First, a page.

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Alcohols Phenols and Ethers PowerPoint Presentation

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On : Dec 09, 2014

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  • Slide 1 - Alcohols, Phenols and Ethers Alcohol and Phenols have –OH group (hydroxyl functionality). Polar. The presence of the hydroxyl group makes them miscible with water The –OH group participates in H-bonding Alcohols up to C5 are very soluble in water. After that solubility decreases with increasing number of Carbon atoms Fundamentals of General, organic and Biological chemistry; McMurry et al., 5ed, Prentice Hall
  • Slide 2 - Alcohols
  • Slide 3 - Naming alcohols Start with the parent chain and replace the hydrocarbon –e ending with –ol Number the hydrocarbon chain. The carbon containing the –OH group should have the lowest number Number the position of the –OH group Number and name other side chains or functionalities using IUPAC rules                                               2-methyl-1-propanol 1-butanol
  • Slide 4 - Primary /secondary/tertiary                                          2-butanol A 2o alcohol (secondary) 2-methyl-2-propanol A 3o alcohol (tertiary)                                   1-propanol (1o alcohol) Distinguish the difference between 1o, 2o and 3o structures
  • Slide 5 - Nomenclature contd. In a cyclic alcohol, it is understood that the –OH group is on C-1
  • Slide 6 - Alcohols                                                      What is the identitity of this molecule?
  • Slide 7 - 2-isopropyl-5-methylcyclohexanol Menthol
  • Slide 8 - Alcohols (diols, triols) -diols or –triols mean two or three hydroxy groups in the molecule Number the hydroxy group carbons with the lowest possible numbers Prefix uses the full parent name, i.e butane                         , Ethane-1,2-diol (ethylene glycol) Propane-1,2,3-triol (glycerol)
  • Slide 9 - Properties of alcohols Alcohols are polar compounds because the –OH group participates in H-bonding Smaller straight chain alcohols are usually liquids Alcohols such as 1-heptanol (C8) tends to act more like alkanes Diols and triols have higher b.p’s and are more water soluble
  • Slide 10 - Reactions of alcohols Dehydration: Loss of water to form an alkene. Occurs in presence of acid catalyst Oxidation: In presence of oxidizing agents alcohols get oxidized to carbonyl compounds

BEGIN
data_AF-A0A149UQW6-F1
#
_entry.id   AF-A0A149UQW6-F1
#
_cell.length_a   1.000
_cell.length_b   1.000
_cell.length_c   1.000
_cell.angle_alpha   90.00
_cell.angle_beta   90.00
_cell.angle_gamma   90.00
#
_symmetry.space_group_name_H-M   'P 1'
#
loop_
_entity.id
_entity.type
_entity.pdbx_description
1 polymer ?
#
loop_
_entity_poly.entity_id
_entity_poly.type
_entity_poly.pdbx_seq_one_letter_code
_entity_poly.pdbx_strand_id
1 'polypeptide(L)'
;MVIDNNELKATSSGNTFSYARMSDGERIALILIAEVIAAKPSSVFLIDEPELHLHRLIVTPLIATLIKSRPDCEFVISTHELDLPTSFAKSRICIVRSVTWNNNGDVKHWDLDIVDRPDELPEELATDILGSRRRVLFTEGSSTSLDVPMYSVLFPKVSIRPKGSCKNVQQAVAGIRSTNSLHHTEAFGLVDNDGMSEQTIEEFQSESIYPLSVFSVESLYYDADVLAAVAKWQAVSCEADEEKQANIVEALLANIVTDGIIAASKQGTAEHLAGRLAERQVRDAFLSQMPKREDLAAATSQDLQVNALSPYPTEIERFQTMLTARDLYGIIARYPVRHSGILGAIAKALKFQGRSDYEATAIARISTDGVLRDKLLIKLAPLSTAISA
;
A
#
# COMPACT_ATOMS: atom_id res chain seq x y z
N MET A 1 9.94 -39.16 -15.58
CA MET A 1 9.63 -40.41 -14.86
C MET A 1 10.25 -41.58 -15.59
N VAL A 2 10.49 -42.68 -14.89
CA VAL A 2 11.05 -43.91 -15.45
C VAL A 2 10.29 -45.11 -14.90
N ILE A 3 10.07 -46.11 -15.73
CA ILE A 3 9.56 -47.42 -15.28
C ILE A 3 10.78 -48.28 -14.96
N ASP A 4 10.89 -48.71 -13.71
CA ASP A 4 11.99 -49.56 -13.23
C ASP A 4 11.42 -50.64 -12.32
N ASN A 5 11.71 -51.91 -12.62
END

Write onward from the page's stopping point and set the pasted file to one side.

• Slide 11 - Dehydration reaction Fundamentals of General, organic and Biological chemistry; McMurry et al., 5ed, Prentice Hall
  • Slide 12 - Dehydration of alcohols Hint- More substituted alkene will be major product
  • Slide 13 - Dehydration of alcohols Predict the starting alcohol in the following: ? ? Write all possible structures then keep the most substituted ones!
  • Slide 14 - Oxidation *Note- Depending upon the alcohol and reaction conditions a different types and mixtures of carbonyl products may be formed Image Adapted from http://www.chem.ucalgary.ca/courses/351/Carey5th/Ch15/ch15-4-6.html
  • Slide 15 - Oxidation of alcohols Secondary alcohols get converted to ketones upon oxidation but no further Q: What is oxidation reaction for a tertiary alcohol Image Adapted from http://www.chem.ucalgary.ca/courses/351/Carey5th/Ch15/ch15-4-6.html
  • Slide 16 - Oxidation of alcohols ? ?
  • Slide 17 - Hydroxybenzene (a.k.a Phenol) Have been used as an antiseptic Many OTC sore throat medications contain substituted phenols Most phenols are somewhat water soluble BHA and BHT are often used as food preservatives BHA BHT
  • Slide 18 - Acidity of phenols Alcohols and Phenols are weakly acidic They dissociate in water to give the alkoxide or the phenoxide anion
  • Slide 19 - Phenols Methanol and Ethanols are as acidic as water, i.e weak acids, Ka = 10-15 Their anion (alkoxide ion) is a strong base, similar to the hydroxide ion Phenols are more acidic than alcohols Phenolic Ka is 1.0X 10-10

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